Government plans could open up classrooms again in June – a move teachers say is too soon.
Boris Johnson is expected to announce on Sunday that year six children, aged 10 and 11, will be the first classes allowed back into schools as early as 1 June.
Other primary school years and then years 10 and 12 will follow them.
Schools have been closed since March 20, except for the children of key workers.
But the amount of parents taking advantage of still being able to send their kids to school while they work has been significantly lower than ministers expected – around 1 per cent.
Many teachers have said social distancing will be difficult in schools and almost impossible in others with narrow corridors and small classrooms, according to the Guardian.
Headteacher of Parklands primary school in Leeds Chris Dyson said: “We’ve still got 28,000 dead, which is an absolute disaster.”
“What we can’t afford to do is have wave two. What’s going to win this? Is it going to be money or is it going to be health?”
“The simple fact is it’s impossible to socially distance primary school children.
“I’ve just been around all the classrooms with a tape measure to see how many children I can get in each room with a view to social distancing.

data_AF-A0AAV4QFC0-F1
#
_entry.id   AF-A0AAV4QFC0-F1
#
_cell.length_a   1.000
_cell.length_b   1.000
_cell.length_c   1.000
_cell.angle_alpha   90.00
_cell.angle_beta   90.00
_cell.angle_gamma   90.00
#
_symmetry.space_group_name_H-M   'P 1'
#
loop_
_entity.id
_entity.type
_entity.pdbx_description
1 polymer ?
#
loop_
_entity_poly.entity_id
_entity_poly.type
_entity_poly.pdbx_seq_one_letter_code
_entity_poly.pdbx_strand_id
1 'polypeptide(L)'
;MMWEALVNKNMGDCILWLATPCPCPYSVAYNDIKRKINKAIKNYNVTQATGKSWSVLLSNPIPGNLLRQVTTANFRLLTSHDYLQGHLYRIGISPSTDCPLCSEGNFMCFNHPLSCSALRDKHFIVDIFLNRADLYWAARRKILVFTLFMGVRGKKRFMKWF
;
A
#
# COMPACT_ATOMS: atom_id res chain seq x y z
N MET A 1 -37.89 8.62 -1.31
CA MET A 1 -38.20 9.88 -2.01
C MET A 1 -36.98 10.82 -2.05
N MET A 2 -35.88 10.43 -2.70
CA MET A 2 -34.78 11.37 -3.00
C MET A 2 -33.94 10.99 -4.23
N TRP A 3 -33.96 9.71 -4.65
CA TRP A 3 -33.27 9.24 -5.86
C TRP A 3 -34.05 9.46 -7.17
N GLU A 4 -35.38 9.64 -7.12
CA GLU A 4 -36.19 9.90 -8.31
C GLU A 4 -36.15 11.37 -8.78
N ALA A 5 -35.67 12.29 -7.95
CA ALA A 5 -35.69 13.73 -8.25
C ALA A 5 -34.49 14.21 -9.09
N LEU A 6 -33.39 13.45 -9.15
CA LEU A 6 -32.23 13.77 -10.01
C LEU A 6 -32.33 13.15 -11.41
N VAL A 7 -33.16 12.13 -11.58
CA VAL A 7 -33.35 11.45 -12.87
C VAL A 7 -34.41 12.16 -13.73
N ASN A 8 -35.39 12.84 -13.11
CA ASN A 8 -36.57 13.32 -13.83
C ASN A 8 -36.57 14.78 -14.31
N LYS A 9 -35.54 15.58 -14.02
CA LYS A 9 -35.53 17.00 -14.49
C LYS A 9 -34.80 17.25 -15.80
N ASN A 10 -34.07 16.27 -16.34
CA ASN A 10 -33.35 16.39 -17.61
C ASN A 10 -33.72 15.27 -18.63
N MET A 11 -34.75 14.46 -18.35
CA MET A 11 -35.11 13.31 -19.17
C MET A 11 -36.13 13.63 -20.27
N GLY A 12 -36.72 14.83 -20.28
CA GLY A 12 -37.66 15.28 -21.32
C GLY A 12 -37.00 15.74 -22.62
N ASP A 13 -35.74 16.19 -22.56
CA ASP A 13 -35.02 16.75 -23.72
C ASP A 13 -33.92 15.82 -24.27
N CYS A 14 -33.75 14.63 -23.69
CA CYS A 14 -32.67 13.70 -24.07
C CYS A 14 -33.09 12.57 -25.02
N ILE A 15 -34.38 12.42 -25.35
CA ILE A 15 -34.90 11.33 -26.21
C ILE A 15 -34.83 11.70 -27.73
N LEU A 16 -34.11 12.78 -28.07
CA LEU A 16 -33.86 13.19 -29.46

“My year 3 class is normally 25. I can only have five children if we are following the letter of the law and keeping 2 metres apart.”
Matthew Shanks, executive headteacher of Education South West, a multi-academy trust with three secondary schools, six primaries and one all-through school, said teachers wanted to get children back to classrooms, but still had concerns over safety.
He said: “A lot of parents have said they will not be sending their children back to primary, no matter what happens.
“It’s a small world. People look around and see, if Spain are not opening [schools] until September, why are we opening them now?”
School leaders are also asking for more clarification on whether schools are compulsory and whether parents will be fined for not sending their child back to their classroom if they are worried about safety.
Normally parents can be fined £60 for not sending their child to school without a good reason.
If not paid, the fine then doubles to £120, before being escalated to prosecution by their local authority.